Several religious services were planned Tuesday evening around Charlottesville, and a campus-wide event for the victims was in the works.

Williams said she and the coach will consult with players and make a decision soon about Saturday’s home football game against No. 23 Coastal Carolina.

“We’ll use our best judgment. It will be soon,” she said.

Jones was a member of the football team during the 2018 season. Williams said he was a one-semester walk-on and she didn’t believe his membership overlapped with any of the victims. She said she didn’t know if they had any interaction outside of the class that took the field trip.

Jones’ father, Chris Jones Sr., told Richmond TV station WTVR he was in disbelief when police called him. “My heart goes out to their families. I don’t know what to say, except I’m sorry,” said Jones Sr., who could not immediately be reached by The Associated Press.

Jones’ mother, Margo Ellis, declined to be interviewed Tuesday when reached by AP. “There’s so much going on,” she said.

Jones drew the attention of the university’s threat-assessment team this fall in the context of a “potential hazing issue,” the university said in a statement provided to AP.

During that review, university officials heard from a student that Jones commented about having a gun and that student did not report Jones making any threat, the statement said. University officials investigated and discovered Jones had previously been tried and convicted of a misdemeanor concealed weapons violation in 2021. It said a threat assessment team “escalated his case for disciplinary action” on Oct. 27.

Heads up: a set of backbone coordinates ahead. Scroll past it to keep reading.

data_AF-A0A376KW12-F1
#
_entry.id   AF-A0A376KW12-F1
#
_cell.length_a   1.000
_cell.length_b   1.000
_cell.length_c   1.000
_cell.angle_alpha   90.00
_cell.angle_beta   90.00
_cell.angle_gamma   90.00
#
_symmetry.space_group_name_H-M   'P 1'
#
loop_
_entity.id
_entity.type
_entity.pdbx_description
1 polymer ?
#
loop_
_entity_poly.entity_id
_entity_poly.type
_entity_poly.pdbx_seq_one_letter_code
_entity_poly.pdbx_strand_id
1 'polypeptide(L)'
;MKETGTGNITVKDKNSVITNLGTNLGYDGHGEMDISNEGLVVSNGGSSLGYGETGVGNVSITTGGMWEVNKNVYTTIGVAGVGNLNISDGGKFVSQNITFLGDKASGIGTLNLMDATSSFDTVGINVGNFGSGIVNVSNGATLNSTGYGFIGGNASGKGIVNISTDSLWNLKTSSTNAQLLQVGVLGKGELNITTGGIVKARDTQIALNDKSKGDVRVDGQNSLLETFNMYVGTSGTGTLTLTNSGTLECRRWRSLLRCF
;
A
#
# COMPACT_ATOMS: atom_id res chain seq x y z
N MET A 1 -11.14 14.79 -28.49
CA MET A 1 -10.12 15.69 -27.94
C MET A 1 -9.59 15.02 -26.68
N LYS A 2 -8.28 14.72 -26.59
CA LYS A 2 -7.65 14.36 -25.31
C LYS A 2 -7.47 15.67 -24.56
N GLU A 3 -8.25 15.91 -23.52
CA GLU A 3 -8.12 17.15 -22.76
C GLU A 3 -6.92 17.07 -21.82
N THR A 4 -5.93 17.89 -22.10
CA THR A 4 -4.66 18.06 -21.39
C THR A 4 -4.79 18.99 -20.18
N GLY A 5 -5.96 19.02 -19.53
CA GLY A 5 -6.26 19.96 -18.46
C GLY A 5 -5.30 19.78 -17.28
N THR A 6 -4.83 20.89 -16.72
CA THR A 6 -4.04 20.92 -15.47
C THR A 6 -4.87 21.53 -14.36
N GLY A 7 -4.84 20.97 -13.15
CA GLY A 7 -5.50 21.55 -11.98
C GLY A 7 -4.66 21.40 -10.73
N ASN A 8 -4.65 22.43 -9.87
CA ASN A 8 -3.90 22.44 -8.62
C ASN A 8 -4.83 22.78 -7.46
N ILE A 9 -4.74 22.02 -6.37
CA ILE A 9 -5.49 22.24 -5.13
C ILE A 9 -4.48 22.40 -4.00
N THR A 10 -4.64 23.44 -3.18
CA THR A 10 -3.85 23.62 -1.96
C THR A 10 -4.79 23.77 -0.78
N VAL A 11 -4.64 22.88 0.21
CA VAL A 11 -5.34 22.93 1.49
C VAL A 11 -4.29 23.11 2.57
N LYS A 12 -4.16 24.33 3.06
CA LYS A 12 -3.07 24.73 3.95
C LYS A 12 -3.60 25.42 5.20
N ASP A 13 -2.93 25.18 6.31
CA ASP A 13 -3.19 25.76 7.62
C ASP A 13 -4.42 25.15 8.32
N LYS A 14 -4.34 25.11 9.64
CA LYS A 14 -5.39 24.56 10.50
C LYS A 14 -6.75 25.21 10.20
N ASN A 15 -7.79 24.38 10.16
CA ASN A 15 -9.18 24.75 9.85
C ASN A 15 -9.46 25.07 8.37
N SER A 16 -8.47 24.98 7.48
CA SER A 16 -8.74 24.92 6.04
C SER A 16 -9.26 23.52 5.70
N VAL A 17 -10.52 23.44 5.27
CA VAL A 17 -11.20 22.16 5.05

Meanwhile, one of the wounded students has shown signs of improvement after a second surgery Tuesday. Mike Holland, also a football player, was shot in the back. After the latest surgery, he was removed from a ventilator and was able to receive family and friends in his hospital room, said Joe Gipson, a family spokesman and chief operating officer of a Baton Rouge, Louisiana, law firm where Hollins’ mother, Brenda Hollins works. “He’s aware, active — all the positive things,” Gipson said.

The killings come as the nation recoils from a string of mass shootings over six months. Those included an attack that killed 19 students and two teachers at an Uvalde, Texas, elementary school; a shooting at a Fourth of July parade in a Chicago suburb that killed seven and wounded more than 30; and a shooting at a Buffalo, New York, supermarket that killed 10 people and wounded three.

The University of Virginia, the state’s flagship public university, has endured numerous high-profile tragedies this past decade, including the 2014 disappearance and murder of a student. It also was the site of some of the violence inflicted by white supremacists who descended on Charlottesville for “Unite the Right” events in 2017.

“I think U.Va. has weathered a lot in the past. And I think we are an incredibly resilient community,” said Ellie Wilkie, a 21-year-old student who sheltered in her room on the historic Lawn at the heart of the campus during the lockdown.

Classes were to resume Wednesday though the unversity announced it would not require undergraduate students to complete any graded assignments or take exams before the Thanksgiving break.


Associated Press journalists Nathan Ellgren in Charlottesville; Denise Lavoie in Richmond, Virginia; Michael Kunzelman and Sarah Brumfield in Silver Spring, Maryland; and Ben Finley in Norfolk, Virginia, contributed to this report.